Assembling Neighbours. The City as Archive, Hardware, Method


Work data:

Type of work: Working Paper


Anthropology | Participation | Politics and Political Science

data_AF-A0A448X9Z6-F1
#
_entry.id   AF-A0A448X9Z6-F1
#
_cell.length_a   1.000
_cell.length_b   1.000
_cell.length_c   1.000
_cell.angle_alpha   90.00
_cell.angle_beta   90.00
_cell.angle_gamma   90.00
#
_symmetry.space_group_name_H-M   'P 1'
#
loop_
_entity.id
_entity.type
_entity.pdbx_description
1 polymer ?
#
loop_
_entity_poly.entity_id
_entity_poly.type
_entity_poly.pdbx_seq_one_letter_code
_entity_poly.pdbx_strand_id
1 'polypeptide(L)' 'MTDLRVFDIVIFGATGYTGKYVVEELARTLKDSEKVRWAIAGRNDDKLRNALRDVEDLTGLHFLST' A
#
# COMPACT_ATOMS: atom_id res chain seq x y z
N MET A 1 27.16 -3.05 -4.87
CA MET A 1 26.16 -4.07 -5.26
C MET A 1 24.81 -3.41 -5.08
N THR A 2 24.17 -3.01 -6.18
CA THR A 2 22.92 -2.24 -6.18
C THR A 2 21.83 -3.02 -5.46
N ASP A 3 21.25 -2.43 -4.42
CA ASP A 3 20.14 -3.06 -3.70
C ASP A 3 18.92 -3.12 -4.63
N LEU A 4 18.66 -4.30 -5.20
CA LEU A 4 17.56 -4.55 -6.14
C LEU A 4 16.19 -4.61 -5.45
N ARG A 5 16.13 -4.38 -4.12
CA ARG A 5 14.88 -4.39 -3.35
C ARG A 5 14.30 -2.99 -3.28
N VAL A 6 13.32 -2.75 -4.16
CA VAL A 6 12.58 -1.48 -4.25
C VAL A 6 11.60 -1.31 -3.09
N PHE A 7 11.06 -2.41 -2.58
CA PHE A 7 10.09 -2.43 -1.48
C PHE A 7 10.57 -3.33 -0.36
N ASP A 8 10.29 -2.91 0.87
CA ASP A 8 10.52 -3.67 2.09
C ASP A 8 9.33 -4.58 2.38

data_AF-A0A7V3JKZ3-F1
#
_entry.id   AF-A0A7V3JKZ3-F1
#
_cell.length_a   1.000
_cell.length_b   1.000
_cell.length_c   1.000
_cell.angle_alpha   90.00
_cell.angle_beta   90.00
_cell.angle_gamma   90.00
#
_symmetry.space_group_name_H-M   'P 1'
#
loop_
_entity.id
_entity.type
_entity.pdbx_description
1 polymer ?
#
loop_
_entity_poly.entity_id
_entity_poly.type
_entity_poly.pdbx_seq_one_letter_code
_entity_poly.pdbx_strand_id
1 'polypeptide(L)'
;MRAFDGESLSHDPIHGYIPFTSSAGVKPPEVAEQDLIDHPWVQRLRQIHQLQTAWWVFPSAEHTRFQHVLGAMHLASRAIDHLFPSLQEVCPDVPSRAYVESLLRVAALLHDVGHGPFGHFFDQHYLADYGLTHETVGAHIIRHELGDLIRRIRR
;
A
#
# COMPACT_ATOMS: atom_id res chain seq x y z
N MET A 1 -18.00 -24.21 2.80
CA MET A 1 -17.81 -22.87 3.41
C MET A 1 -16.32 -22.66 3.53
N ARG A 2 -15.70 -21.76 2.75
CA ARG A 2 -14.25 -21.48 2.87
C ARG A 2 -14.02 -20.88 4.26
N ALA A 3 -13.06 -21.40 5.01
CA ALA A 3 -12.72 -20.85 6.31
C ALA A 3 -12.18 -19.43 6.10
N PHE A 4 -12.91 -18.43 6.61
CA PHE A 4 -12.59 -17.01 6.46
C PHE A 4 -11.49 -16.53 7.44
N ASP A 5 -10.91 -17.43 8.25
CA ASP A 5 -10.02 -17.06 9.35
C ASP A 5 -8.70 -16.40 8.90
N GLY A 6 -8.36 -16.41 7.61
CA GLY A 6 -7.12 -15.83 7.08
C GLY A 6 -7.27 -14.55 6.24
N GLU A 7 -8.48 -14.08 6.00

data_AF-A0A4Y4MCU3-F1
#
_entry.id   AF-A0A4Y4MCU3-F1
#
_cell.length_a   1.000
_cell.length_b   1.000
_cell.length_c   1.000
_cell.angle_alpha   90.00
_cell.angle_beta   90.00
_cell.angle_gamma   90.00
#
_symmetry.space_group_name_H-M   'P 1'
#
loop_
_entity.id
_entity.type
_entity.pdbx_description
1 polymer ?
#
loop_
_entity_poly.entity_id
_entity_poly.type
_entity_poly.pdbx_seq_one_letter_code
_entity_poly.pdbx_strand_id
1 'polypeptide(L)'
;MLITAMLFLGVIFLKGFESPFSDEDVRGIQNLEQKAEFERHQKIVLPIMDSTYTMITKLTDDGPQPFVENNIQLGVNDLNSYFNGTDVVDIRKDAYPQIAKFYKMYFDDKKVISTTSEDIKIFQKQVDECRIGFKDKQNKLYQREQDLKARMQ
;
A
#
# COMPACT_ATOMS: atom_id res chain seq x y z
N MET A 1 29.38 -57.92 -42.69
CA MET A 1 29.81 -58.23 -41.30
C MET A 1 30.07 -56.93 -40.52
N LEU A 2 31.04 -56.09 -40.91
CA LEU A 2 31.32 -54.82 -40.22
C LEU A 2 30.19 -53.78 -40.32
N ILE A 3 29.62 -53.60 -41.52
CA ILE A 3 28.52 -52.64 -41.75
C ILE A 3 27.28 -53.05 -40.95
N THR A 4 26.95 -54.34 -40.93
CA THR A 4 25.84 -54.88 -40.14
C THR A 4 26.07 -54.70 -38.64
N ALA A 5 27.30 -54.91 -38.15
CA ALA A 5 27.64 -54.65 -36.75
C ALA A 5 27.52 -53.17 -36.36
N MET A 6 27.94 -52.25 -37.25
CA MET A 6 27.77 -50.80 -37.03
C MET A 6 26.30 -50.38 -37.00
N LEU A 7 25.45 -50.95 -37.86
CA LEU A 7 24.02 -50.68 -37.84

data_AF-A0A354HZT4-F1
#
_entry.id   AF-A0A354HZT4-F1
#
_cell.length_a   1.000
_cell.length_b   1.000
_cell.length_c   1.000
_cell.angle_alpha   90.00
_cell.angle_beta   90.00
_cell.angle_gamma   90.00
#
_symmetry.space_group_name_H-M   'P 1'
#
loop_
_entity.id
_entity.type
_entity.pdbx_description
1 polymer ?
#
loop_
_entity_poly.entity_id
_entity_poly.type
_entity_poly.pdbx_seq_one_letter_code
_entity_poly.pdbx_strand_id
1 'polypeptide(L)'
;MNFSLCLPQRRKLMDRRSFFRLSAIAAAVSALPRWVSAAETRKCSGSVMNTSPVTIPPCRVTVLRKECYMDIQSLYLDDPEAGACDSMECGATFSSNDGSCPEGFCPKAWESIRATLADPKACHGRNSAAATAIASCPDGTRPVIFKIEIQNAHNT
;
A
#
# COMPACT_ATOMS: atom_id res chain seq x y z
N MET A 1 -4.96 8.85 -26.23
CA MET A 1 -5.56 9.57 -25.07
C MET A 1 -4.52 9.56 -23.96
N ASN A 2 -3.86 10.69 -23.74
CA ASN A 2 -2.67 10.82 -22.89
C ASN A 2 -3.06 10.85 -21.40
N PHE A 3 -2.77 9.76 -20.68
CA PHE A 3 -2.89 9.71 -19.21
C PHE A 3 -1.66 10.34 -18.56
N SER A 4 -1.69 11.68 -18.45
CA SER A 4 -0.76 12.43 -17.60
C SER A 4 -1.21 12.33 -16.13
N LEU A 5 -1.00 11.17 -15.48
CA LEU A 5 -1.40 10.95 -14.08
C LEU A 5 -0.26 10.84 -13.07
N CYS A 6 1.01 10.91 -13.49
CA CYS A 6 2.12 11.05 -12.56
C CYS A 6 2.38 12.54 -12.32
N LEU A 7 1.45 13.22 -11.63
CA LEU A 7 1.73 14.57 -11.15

The article reports on the rise of the ‘popular assemblies’ movement that swept the streets and plazas of Madrid in the wake of the May 15 2011 occupation of Puerta del Sol. Assemblies have since taken installation in public spaces as infrastructural and methodological projects. Their wireframing into the public landscape has demanded of participants an inventive deployment of archival and hardware tactics, as well as a method for urban hospitality. The fuzz and mess of the assembly – the difficulties that participants have at putting together, let alone understanding the very object of the assembly as an urban form – offers some valuable insights into present-day discussions on the city as an object of political claims and rights. Moreover, the practice of assembling neighbours – of convoking a neighbourhood’s assembly, and of bringing and holding a disparity of relations together in the political and social figure of the ‘neighbour’ – addresses wider issues about the possible forms of an urban commons in the neoliberal metropolis. In this light, we develop an argument that sees in the assemblies an emerging political form of neo-municipalism. The political purchase of this assemblage / assembly is its status as urban open hardware. An object invested in the fuzziness of the urban condition.